Dr. Holtman's compassionate care for the pets of many city dwellers earned him a fiercely loyal clientele. One was Ed Rendell, who went to Dr. Holtman for treatment of his dog as a young man newly arrived from New York. Another was singer Chubby Checker.
"When I was a younger man, I could go anywhere in the city. Everyone knew my dad. Everyone loved the way he treated animals," his son said.
Dr. Holtman was known for his kindness, sense of humor, and generosity. He would often forgive payment of services if a client could not afford his fees, his family said.
"He'd take phone calls in the evenings and [for example] tell a client to mash up a baby aspirin with the pet's food. My mother would say, 'Seymour, have them come in.' But he wanted to be available. He didn't get rich on this, but he was rich in spirit," his son said.
Born in Hartford, Conn., he was a member of a family that immigrated from Ukraine in the early 1900s. His father operated Capital Fruit & Produce, a distributorship. The company was among the first to ship produce across state lines by motorized trucks.
When Dr. Holtman was 10, his father was killed in a trucking accident. Dr. Holtman had to help lead his family, whose economic fortunes spiraled downward. Ever afterward, he showed the frugality typical of those who faced the Great Depression, his son said.
Dr. Holtman served in the Army at Newton D. Baker General (VA) Hospital, Martinsburg, W.Va., during World War II. After his military service, he earned his undergraduate degree from the University of Pennsylvania in 1950 and studied medicine at Penn's Veterinary School on the GI Bill. He emerged with a veterinary medical degree in 1954.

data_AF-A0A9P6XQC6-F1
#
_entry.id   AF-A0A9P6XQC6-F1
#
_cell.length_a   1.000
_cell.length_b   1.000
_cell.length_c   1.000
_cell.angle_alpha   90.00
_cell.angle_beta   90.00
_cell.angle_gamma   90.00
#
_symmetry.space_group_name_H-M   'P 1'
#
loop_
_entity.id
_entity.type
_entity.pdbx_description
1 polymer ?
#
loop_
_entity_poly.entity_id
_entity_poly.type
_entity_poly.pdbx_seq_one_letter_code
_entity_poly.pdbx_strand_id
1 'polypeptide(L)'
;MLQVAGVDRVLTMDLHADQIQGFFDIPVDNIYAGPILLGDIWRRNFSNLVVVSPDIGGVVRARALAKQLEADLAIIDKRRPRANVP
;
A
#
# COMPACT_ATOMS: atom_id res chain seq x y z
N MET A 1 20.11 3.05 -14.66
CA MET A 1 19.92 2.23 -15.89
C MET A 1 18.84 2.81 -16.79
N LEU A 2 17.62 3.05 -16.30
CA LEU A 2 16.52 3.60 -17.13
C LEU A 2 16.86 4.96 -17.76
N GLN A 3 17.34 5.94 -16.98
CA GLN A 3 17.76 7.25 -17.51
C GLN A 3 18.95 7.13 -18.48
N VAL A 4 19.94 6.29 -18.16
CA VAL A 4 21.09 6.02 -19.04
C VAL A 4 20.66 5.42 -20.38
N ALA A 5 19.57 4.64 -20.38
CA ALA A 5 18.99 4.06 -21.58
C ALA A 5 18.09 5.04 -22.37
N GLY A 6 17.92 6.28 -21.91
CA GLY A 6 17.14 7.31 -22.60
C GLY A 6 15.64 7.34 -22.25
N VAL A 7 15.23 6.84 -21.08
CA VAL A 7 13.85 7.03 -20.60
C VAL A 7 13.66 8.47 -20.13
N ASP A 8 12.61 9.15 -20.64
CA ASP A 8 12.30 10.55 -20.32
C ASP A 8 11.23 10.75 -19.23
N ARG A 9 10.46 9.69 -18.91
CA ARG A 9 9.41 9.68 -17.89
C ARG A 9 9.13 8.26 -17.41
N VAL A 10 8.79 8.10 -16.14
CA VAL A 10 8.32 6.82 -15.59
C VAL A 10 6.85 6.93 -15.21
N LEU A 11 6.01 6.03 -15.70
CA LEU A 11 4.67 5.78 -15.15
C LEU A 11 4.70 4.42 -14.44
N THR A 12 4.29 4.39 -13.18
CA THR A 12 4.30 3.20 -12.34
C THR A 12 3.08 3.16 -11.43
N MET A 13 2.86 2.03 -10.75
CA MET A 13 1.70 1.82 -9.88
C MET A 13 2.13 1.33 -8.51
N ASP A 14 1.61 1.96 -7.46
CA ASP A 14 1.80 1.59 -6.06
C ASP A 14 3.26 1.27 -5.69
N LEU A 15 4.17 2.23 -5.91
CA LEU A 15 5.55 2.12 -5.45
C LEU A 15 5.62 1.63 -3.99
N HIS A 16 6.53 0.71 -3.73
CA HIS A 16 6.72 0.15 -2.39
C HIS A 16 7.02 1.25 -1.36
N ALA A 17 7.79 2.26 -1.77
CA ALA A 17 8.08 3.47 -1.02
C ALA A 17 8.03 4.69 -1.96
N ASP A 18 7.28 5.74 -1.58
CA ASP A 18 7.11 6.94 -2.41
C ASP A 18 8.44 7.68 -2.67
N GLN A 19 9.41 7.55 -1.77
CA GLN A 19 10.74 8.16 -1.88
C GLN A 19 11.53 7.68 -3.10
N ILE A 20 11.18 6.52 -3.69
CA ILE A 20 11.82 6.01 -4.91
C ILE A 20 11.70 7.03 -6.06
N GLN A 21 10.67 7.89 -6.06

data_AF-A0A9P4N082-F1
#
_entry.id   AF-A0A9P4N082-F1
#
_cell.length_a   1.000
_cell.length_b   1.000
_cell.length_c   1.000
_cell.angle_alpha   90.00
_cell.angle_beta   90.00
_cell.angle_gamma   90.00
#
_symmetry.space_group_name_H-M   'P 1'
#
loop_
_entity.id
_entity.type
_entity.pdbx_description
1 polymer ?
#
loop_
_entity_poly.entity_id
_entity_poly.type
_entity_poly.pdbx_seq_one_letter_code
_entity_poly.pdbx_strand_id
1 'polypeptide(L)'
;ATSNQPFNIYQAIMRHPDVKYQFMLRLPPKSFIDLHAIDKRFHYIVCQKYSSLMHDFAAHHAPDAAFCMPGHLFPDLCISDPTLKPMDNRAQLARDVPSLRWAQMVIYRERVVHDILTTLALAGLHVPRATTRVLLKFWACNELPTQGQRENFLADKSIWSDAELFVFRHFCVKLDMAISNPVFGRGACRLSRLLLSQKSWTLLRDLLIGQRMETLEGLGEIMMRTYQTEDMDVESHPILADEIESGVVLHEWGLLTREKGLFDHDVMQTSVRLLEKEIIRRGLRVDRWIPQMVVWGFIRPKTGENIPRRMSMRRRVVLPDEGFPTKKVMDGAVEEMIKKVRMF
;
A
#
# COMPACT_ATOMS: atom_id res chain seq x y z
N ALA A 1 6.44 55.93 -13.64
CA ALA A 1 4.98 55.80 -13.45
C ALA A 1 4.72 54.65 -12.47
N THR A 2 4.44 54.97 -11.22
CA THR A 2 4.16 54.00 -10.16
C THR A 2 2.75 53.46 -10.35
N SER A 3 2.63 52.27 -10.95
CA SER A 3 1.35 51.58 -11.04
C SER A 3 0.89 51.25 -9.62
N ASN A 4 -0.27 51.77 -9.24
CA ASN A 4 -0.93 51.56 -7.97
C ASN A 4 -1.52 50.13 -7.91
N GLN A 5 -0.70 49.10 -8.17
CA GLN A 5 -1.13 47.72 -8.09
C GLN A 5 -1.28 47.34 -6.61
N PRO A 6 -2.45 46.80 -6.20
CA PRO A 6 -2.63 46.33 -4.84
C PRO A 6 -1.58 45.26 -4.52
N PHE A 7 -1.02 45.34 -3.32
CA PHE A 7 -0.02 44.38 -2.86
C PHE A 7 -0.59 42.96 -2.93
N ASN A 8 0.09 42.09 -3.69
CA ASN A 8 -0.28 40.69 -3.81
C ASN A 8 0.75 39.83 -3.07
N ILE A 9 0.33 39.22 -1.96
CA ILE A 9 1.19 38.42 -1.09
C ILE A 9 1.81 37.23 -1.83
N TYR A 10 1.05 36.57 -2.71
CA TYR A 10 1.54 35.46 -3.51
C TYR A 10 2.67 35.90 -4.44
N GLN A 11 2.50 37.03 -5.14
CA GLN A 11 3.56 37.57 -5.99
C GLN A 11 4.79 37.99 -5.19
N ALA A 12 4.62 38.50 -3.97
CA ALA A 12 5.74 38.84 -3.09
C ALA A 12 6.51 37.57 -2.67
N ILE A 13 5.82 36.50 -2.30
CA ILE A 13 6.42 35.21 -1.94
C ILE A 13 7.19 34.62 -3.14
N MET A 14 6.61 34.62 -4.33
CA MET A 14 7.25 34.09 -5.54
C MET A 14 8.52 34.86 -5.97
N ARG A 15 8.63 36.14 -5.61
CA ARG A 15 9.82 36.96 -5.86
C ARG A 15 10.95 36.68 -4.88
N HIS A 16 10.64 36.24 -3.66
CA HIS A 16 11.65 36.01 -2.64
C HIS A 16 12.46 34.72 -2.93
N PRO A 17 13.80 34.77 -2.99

He retired from practice in the 1980s and pursued cabinetmaking, welded iron sculpture, and did stained-glass work, turning the same dexterity he showed as a surgeon into artistic handiwork.
For 15 years, he shared his talent for communicating with children as a volunteer fourth-grade teacher's aide at the Samuel Gompers Elementary School in Overbrook. He also volunteered at Inglis House and at Beth David Reform Congregation in Wynnefield.
"He was a mensch," his son said. "If something was needed in the synagogue, he would go do it."
Dr. Holtman was married to the former Nancy Korenfeld. The two raised a family in Bala Cynwyd. She died of cancer in 1987.
After his wife's death, he lived in Wynnewood and Center City, where he shared a home with Mona Doyle, his partner of 18 years.
Dr. Holtman enjoyed travel. He and Doyle made yearly trips to Puerto Vallarta, Mexico. He also loved the arts, theater, cinema, and reading.
"His humor endured to the end," his family said. "He would make listeners smile with a wry philosophical observation about living a long life, or some bit of verse."
Surviving beside his companion and his son are another son, Charles B.; a daughter, Jayne K.; three grandchildren; and a brother.
Memorial services will be at 11 a.m. Wednesday, March 19, at Goldstein's Rosenberg's Raphael-Sacks, 6410 N. Broad St., Philadelphia. Interment is in Har Jehuda Cemetery, Upper Darby. Shiva will be observed at his home through sundown Friday.
Donations may be made to Keystone Hospice, 8765 Stenton Ave., Glenside, Pa. 19038.